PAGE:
Author Topic: 1974 cb750 Cafe. Disassembled, about to start rebuild! Like it?  (Read 1109 times)

0 Members and 1 Guest are viewing this topic.

Offline ScarlettRocks

  • Full Member
  • *
  • Posts: 2
    • Scarlett. She's a motorcycle, and a rock n roll band.
Hey everyone, I'm Tom, excited to finally contribute something cool to the forum. Me and my old man are avid readers of the forum, you guys have helped us COUNTLESS times. Always find the solution here. Anyways, we've got a 1974 CB750 K4, in an awesome cafe style, and paint job. BUT, she's in a gazillion pieces. We're about to start the engine assembly, it's already fully disassembled and stripped of the paint it came with. I'll start from here on the next post for those who want to jump right into engine rebuild discussion. Otherwise I'll start from where I should have started posting back in August. FROM THE TOP.

Here's the girl.

Picked her up on Craigslist in August of 2012, from Savannah GA, dressed as she is on the bed of the truck. You know I spent the weekend down there too... $600 for the bike. Steal huh? A couple of catches, to be noted. Seized engine, wiring all out of whack, no fluids in the bike, and "hadn't run in 15 years". All of that behind a pretty face, I'd say. So I nabbed her, made it home after celebrating in Savannah, and rolled her down to my old man's basement shop. Coolest cafe shop in Georgia, we like to say.  ;D

We began by tackling the seized engine. After all, you're not gonna go to fast on a dead engine... Acentone and ATF, was the cocktail special of the evening, and she drank about a gallons worth of it. Took out the spark plugs, and funneled the liquid into the engine, shook her side to side a few times, put some cardboard underneath, and turned out the lights. Thanks to the forum for the cocktail recipe!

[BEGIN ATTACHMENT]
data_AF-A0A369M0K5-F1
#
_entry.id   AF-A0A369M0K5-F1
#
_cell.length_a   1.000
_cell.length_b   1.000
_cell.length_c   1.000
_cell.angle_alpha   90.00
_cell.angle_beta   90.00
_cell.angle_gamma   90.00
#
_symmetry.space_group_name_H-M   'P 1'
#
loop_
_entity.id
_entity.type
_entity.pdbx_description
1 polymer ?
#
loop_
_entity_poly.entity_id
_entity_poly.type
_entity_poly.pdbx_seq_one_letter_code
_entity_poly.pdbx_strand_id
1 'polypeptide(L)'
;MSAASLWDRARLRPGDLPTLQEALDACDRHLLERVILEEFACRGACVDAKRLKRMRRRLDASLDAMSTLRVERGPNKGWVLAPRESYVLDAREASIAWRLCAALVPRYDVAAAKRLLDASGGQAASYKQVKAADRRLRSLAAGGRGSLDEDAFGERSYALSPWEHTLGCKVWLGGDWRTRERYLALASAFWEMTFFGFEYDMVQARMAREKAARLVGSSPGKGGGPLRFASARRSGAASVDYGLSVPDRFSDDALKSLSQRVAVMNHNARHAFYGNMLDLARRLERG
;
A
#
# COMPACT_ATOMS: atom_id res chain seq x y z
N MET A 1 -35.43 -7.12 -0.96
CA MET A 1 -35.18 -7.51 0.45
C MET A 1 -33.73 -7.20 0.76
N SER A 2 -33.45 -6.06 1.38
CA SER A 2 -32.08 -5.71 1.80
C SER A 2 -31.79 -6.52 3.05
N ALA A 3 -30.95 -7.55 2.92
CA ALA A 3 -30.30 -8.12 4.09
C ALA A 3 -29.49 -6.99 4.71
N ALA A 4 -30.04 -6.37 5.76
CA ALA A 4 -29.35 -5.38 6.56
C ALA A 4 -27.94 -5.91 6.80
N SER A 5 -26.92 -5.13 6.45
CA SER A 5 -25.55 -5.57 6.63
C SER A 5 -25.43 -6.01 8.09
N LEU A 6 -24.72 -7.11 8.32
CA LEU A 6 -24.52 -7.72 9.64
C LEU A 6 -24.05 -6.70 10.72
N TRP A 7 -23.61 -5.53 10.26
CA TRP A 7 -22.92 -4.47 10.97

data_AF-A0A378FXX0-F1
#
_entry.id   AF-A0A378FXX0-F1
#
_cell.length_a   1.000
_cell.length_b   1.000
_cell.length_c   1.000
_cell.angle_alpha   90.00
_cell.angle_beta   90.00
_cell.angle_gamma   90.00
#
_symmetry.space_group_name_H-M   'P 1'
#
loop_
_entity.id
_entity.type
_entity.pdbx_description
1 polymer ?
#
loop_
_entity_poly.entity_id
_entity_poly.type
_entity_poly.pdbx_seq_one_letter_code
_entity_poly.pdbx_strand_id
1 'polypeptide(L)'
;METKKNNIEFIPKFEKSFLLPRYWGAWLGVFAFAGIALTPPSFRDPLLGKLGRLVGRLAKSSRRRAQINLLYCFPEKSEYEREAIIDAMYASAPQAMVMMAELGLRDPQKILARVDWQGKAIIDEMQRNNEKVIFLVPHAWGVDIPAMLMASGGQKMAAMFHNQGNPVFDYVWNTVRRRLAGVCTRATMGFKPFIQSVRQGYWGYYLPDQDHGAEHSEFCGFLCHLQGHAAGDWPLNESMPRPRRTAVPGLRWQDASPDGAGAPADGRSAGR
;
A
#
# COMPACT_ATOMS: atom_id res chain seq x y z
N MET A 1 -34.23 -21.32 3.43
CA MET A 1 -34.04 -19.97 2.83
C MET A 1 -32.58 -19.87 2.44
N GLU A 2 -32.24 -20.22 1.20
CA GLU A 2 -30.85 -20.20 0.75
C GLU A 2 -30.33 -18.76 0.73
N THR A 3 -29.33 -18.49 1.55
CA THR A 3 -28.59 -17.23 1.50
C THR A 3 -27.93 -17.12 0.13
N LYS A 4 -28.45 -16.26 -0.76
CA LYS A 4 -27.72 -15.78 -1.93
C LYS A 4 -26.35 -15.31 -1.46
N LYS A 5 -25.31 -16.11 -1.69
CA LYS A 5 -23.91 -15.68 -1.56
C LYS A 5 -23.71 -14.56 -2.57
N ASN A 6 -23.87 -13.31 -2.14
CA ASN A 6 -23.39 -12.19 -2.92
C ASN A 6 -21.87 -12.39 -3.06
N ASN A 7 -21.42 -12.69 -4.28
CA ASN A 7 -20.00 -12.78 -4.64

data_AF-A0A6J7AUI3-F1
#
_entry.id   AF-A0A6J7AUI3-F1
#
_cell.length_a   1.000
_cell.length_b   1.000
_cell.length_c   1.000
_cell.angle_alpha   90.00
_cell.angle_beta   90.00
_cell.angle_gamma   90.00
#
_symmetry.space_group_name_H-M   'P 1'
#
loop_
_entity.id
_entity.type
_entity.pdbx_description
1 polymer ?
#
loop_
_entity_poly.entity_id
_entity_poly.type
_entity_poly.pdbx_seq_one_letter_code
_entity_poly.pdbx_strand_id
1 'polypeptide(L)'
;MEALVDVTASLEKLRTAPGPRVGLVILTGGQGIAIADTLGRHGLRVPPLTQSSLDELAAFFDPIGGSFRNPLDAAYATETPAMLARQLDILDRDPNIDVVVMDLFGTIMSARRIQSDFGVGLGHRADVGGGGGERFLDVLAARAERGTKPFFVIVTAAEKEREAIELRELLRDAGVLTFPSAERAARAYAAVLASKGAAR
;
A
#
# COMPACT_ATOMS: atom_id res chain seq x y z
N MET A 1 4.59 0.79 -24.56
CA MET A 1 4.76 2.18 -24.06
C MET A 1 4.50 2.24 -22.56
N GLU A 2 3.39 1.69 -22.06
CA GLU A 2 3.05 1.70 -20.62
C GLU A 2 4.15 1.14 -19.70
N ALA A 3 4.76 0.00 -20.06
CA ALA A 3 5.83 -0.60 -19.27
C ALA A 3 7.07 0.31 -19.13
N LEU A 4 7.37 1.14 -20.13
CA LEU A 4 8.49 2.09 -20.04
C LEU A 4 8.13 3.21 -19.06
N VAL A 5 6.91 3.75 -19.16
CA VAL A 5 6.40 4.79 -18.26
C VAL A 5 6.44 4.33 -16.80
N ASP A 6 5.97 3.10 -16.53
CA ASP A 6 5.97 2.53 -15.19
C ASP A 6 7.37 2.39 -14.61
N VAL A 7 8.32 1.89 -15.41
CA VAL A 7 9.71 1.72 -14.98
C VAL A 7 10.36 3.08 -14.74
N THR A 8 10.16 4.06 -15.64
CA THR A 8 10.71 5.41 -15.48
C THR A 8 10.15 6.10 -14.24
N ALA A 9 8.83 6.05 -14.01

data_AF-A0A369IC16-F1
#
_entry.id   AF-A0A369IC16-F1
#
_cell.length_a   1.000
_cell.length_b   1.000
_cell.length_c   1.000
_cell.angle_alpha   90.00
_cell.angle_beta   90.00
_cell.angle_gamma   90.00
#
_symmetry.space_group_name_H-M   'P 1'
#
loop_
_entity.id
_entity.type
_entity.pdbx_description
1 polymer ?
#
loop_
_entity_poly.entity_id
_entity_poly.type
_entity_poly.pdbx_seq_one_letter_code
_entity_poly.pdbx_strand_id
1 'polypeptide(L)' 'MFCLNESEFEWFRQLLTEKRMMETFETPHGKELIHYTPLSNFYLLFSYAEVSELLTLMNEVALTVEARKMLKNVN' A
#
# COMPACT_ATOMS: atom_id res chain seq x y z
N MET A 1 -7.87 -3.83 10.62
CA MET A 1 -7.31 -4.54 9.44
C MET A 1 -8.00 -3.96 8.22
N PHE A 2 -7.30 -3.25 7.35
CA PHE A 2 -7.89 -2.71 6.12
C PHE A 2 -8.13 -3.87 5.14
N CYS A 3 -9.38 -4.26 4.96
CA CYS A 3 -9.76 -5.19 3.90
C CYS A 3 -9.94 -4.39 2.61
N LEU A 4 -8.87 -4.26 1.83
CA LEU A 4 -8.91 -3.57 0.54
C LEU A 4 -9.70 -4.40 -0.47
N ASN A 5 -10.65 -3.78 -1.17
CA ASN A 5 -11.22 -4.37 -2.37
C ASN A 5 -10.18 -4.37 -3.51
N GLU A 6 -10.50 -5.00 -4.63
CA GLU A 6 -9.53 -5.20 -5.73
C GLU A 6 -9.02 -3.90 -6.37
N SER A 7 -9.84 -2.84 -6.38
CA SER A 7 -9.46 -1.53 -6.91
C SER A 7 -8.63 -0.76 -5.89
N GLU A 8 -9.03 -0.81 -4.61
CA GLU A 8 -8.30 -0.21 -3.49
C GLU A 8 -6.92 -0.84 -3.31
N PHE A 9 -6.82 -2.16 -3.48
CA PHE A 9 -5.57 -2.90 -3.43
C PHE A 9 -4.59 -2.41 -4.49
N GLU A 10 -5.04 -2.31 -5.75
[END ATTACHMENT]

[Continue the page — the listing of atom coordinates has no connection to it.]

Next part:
A month later, after being a good dog and not fiddling with it, just going downstairs to stare at it, I grabbed the breaker bar, and popped it onto the crank. Wiggle, wiggle, wiggle, back, forth, FREEDOM. She let loose, the evil binds she had upon her, and the motor spun freely. No apparent friction at previous point of sticking. Good news! High fives all around, and on to the next step. Since I didn't know where the hell this bike has been in the past 40 years, especially wearing that dress, we decided to fully disassemble and assess engine condition, along with tend to the wiring issues. We're about here at this point.

I told my dad I was excited to get the engine out of that bike, and he told me not to be a dumbass and try to do it alone. Well... You can probably tell how the rest goes. I laid down lots of cardboard, pulled up my pants, and laid her over as easily as possible. After a long 15 min of wiggling the friggin frame, finally separated it from the engine. If I wasn't an idiot, I would have removed the wheels, and just lifted frame, but that's just what my back had to say the next day. That puts us here!